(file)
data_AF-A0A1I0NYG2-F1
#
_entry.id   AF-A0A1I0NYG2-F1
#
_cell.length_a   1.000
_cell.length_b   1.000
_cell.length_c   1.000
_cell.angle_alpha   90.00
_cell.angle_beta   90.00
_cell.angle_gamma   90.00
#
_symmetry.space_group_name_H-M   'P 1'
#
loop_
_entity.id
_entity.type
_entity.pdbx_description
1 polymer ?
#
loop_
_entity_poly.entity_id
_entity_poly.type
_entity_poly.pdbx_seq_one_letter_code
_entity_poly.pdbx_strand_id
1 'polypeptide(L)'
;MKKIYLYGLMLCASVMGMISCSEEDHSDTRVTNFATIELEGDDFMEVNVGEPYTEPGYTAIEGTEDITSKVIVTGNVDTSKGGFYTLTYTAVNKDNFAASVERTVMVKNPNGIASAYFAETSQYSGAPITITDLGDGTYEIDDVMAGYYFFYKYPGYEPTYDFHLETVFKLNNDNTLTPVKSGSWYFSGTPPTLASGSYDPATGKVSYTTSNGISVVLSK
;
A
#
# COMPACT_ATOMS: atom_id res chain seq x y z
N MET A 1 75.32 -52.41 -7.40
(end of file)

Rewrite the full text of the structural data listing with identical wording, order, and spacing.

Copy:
data_AF-A0A1I0NYG2-F1
#
_entry.id   AF-A0A1I0NYG2-F1
#
_cell.length_a   1.000
_cell.length_b   1.000
_cell.length_c   1.000
_cell.angle_alpha   90.00
_cell.angle_beta   90.00
_cell.angle_gamma   90.00
#
_symmetry.space_group_name_H-M   'P 1'
#
loop_
_entity.id
_entity.type
_entity.pdbx_description
1 polymer ?
#
loop_
_entity_poly.entity_id
_entity_poly.type
_entity_poly.pdbx_seq_one_letter_code
_entity_poly.pdbx_strand_id
1 'polypeptide(L)'
;MKKIYLYGLMLCASVMGMISCSEEDHSDTRVTNFATIELEGDDFMEVNVGEPYTEPGYTAIEGTEDITSKVIVTGNVDTSKGGFYTLTYTAVNKDNFAASVERTVMVKNPNGIASAYFAETSQYSGAPITITDLGDGTYEIDDVMAGYYFFYKYPGYEPTYDFHLETVFKLNNDNTLTPVKSGSWYFSGTPPTLASGSYDPATGKVSYTTSNGISVVLSK
;
A
#
# COMPACT_ATOMS: atom_id res chain seq x y z
N MET A 1 75.32 -52.41 -7.40